Should You Try Mining Ethereum? Guide for Noobs and Beginners - Bitsonline

Should You Try Mining Ethereum? Guide for Noobs and Beginners

For many, the idea of mining bitcoin faded out long ago. While mining for Bitcoin profits is still possible, the cost of electricity and equipment these days is significant. The days of mining on an ordinary computer were gone before most even heard of Bitcoin — and even consumer-grade video cards were obsoleted by 2013. But don’t despair! There are plenty of other digital currencies you can still mine with off-the-shelf gear. The big one is: Ethereum.

Also read: Can I Make Money Mining Bitcoins?

Audio version of this article recorded by King Passive

Note: this starters’ guide is aimed more at beginners. If you already have a fair idea of what hardware you’ll need and how to build it, check out our more advanced mining guide by Bitsonline’s resident Ethereum expert Utkarsh Anand.

Bitcoin: No Longer for Beginners

Let’s get the Bitcoin thing out of the way first: To mine BTC these days, you’d have to make an investment of $1,600 USD or more in specialized ASIC chip-based equipment — which will likely be superseded in about six months to a year, leaving you mining pocket change. Your annual profits, after the cost of electricity (at an average of .13 cents per/KWH for electric and a Bitcoin value of $6,000 per coin), would be around $3,745.

That’s not a bad return, especially if the price of Bitcoin continues to rise.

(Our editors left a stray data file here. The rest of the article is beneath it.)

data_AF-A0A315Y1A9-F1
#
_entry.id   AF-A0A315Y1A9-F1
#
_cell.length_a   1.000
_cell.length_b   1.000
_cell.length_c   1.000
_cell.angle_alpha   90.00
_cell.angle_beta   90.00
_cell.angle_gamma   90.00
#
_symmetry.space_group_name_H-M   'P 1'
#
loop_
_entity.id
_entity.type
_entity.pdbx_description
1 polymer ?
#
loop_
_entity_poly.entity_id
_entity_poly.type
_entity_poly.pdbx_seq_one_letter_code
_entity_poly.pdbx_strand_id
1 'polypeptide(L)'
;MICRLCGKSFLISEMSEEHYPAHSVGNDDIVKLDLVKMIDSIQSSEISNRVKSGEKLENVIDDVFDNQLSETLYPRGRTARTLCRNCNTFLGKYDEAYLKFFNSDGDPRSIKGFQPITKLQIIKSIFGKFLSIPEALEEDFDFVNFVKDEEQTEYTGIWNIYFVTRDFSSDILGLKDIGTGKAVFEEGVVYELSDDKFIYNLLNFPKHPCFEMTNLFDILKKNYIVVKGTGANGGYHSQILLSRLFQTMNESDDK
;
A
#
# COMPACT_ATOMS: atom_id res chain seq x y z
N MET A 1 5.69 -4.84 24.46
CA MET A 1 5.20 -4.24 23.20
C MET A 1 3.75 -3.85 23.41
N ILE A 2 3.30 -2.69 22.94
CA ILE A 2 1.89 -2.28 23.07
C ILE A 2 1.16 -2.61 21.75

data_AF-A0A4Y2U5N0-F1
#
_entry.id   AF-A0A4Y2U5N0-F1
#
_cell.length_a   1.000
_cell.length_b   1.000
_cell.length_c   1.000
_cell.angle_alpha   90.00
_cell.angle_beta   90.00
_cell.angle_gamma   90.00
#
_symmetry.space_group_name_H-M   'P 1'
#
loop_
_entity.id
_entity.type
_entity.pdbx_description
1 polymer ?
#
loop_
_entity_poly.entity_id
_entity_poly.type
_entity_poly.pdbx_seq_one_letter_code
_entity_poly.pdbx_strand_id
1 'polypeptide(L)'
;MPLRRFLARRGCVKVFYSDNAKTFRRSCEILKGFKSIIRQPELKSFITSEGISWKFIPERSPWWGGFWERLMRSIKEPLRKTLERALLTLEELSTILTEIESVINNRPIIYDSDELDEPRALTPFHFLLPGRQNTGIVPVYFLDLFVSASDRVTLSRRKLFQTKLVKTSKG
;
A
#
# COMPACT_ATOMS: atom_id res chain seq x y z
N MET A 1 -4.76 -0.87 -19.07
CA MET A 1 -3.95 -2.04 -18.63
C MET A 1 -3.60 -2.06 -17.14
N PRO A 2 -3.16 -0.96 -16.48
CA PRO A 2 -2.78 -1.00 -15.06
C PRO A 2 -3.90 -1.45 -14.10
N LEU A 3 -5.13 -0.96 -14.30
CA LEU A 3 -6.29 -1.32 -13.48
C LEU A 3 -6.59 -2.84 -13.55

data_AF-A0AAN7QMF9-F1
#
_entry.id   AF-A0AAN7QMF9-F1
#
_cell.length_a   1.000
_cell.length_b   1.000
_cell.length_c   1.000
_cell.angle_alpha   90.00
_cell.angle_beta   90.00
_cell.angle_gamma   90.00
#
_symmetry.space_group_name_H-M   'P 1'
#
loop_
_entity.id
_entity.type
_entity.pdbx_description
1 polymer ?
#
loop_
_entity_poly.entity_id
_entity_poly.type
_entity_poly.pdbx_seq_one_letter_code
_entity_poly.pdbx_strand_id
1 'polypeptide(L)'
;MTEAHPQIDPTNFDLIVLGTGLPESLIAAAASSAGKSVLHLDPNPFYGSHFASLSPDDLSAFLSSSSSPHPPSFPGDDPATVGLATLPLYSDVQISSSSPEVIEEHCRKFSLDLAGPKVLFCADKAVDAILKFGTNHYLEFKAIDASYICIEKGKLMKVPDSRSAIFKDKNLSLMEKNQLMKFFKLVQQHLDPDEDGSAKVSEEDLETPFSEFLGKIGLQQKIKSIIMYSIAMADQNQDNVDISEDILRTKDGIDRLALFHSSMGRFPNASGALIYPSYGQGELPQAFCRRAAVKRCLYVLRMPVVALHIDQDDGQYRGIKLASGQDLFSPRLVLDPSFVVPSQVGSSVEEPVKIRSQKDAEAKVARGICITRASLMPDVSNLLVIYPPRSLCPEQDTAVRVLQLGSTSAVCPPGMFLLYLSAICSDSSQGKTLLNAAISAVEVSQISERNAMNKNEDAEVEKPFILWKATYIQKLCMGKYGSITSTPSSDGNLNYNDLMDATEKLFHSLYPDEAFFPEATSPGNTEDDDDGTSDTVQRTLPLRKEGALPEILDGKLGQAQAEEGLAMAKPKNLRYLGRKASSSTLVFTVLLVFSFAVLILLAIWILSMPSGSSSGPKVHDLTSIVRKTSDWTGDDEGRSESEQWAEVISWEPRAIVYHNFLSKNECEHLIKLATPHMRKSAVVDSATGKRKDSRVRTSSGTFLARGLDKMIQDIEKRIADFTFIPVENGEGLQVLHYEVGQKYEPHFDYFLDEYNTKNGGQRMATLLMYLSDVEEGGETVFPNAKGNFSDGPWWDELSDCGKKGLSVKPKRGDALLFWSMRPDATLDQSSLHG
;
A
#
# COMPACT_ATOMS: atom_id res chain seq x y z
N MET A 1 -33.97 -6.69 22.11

However, many who want to mine cryptocurrency don’t have $1,600 or more to invest in equipment. When Bitcoin first started, all you needed was a PC and the belief that what you were mining for would one day become valuable. And sure enough, those two investments have seriously paid off for some. However, as Bitcoin’s value increases, so does the difficulty to mine it.

Why Mine Ether?

Ether is the cryptocurrency that “fuels” the Ethereum network. Note, the Ethereum blockchain is slightly different than the Bitcoin one. The Bitcoin blockchain exists solely to conduct financial transactions.

However, the Ethereum blockchain is designed to handle a lot more, including:

  • Conducting financial transactions,
  • Creating ironclad records of copyrights and intellectual property ownership,
  • Executing smart contracts (business contracts that execute when financial transactions occur),
  • Generating new tokens and cryptocurrencies that businesses can use as rewards or that can gain financial value over time (many “ICOs” use Ethereum ERC-20 tokens).

The Ethereum blockchain is a software-based platform that businesses can use to create decentralized tools and business structures. Because of this, many businesses in the music, financial, real estate and software development industries wishing to enter the cryptocurrency realm are using Ethereum to build their projects on.

Ether is now the second most valuable cryptocurrency (by total market cap, not per unit) at least as of November 2017. Businesses from almost every sector are looking at Ethereum as a business building block, not just a form of financial currency.

Sound Like a Good Investment Yet?